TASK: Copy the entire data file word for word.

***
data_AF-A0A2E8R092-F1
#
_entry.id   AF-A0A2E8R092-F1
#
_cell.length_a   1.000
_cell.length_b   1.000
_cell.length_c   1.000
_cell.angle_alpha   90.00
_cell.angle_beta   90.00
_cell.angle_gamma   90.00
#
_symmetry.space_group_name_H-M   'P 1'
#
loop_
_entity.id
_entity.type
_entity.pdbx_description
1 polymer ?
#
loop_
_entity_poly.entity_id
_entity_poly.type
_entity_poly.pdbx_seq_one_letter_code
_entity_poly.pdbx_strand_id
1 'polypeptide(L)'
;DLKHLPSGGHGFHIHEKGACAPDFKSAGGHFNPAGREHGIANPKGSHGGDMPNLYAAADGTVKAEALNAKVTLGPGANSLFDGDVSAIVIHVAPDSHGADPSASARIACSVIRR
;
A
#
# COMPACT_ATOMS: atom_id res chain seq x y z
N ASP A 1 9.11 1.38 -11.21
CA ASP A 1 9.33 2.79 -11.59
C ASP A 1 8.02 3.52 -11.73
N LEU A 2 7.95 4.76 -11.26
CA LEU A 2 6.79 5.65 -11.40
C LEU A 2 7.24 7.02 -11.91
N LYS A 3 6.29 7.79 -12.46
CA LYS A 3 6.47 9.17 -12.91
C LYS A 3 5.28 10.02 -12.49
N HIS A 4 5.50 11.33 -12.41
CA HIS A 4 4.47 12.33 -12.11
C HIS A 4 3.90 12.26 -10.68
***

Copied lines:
data_AF-A0A2E8R092-F1
#
_entry.id   AF-A0A2E8R092-F1
#
_cell.length_a   1.000
_cell.length_b   1.000
_cell.length_c   1.000
_cell.angle_alpha   90.00
_cell.angle_beta   90.00
_cell.angle_gamma   90.00
#
_symmetry.space_group_name_H-M   'P 1'
#
loop_
_entity.id
_entity.type
_entity.pdbx_description
1 polymer ?
#
loop_
_entity_poly.entity_id
_entity_poly.type
_entity_poly.pdbx_seq_one_letter_code
_entity_poly.pdbx_strand_id
1 'polypeptide(L)'
;DLKHLPSGGHGFHIHEKGACAPDFKSAGGHFNPAGREHGIANPKGSHGGDMPNLYAAADGTVKAEALNAKVTLGPGANSLFDGDVSAIVIHVAPDSHGADPSASARIACSVIRR
;
A
#
# COMPACT_ATOMS: atom_id res chain seq x y z
N ASP A 1 9.11 1.38 -11.21
CA ASP A 1 9.33 2.79 -11.59
C ASP A 1 8.02 3.52 -11.73
N LEU A 2 7.95 4.76 -11.26
CA LEU A 2 6.79 5.65 -11.40
C LEU A 2 7.24 7.02 -11.91
N LYS A 3 6.29 7.79 -12.46
CA LYS A 3 6.47 9.17 -12.91
C LYS A 3 5.28 10.02 -12.49
N HIS A 4 5.50 11.33 -12.41
CA HIS A 4 4.47 12.33 -12.11
C HIS A 4 3.90 12.26 -10.68